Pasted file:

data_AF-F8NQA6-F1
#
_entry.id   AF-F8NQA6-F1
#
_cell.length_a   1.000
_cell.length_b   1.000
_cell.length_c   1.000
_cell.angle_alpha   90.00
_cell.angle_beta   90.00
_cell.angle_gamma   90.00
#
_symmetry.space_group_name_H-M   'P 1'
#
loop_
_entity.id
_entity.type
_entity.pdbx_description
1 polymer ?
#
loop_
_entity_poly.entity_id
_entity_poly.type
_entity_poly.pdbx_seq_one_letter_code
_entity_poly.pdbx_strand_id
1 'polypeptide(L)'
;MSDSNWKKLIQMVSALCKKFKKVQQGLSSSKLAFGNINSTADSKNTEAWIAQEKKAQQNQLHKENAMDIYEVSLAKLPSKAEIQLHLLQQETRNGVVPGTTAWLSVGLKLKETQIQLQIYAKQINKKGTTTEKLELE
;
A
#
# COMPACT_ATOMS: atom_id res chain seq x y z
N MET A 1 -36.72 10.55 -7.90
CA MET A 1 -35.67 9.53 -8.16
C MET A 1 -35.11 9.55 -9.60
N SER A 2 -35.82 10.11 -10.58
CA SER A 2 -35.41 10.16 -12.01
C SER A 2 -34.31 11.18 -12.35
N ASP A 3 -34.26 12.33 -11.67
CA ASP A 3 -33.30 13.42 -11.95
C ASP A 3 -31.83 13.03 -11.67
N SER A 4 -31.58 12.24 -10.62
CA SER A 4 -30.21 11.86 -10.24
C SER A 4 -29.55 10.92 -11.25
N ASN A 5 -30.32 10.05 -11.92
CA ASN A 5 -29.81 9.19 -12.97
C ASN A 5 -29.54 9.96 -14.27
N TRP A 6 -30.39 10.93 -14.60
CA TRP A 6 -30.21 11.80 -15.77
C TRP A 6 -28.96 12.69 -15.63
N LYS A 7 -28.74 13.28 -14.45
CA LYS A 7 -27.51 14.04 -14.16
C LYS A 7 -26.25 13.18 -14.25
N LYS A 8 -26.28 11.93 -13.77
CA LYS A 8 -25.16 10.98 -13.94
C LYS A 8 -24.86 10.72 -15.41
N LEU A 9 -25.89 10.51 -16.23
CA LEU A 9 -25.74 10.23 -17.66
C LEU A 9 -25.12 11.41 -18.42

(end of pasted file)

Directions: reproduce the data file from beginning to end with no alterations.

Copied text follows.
data_AF-F8NQA6-F1
#
_entry.id   AF-F8NQA6-F1
#
_cell.length_a   1.000
_cell.length_b   1.000
_cell.length_c   1.000
_cell.angle_alpha   90.00
_cell.angle_beta   90.00
_cell.angle_gamma   90.00
#
_symmetry.space_group_name_H-M   'P 1'
#
loop_
_entity.id
_entity.type
_entity.pdbx_description
1 polymer ?
#
loop_
_entity_poly.entity_id
_entity_poly.type
_entity_poly.pdbx_seq_one_letter_code
_entity_poly.pdbx_strand_id
1 'polypeptide(L)'
;MSDSNWKKLIQMVSALCKKFKKVQQGLSSSKLAFGNINSTADSKNTEAWIAQEKKAQQNQLHKENAMDIYEVSLAKLPSKAEIQLHLLQQETRNGVVPGTTAWLSVGLKLKETQIQLQIYAKQINKKGTTTEKLELE
;
A
#
# COMPACT_ATOMS: atom_id res chain seq x y z
N MET A 1 -36.72 10.55 -7.90
CA MET A 1 -35.67 9.53 -8.16
C MET A 1 -35.11 9.55 -9.60
N SER A 2 -35.82 10.11 -10.58
CA SER A 2 -35.41 10.16 -12.01
C SER A 2 -34.31 11.18 -12.35
N ASP A 3 -34.26 12.33 -11.67
CA ASP A 3 -33.30 13.42 -11.95
C ASP A 3 -31.83 13.03 -11.67
N SER A 4 -31.58 12.24 -10.62
CA SER A 4 -30.21 11.86 -10.24
C SER A 4 -29.55 10.92 -11.25
N ASN A 5 -30.32 10.05 -11.92
CA ASN A 5 -29.81 9.19 -12.97
C ASN A 5 -29.54 9.96 -14.27
N TRP A 6 -30.39 10.93 -14.60
CA TRP A 6 -30.21 11.80 -15.77
C TRP A 6 -28.96 12.69 -15.63
N LYS A 7 -28.74 13.28 -14.45
CA LYS A 7 -27.51 14.04 -14.16
C LYS A 7 -26.25 13.18 -14.25
N LYS A 8 -26.28 11.93 -13.77
CA LYS A 8 -25.16 10.98 -13.94
C LYS A 8 -24.86 10.72 -15.41
N LEU A 9 -25.89 10.51 -16.23
CA LEU A 9 -25.74 10.23 -17.66
C LEU A 9 -25.12 11.41 -18.42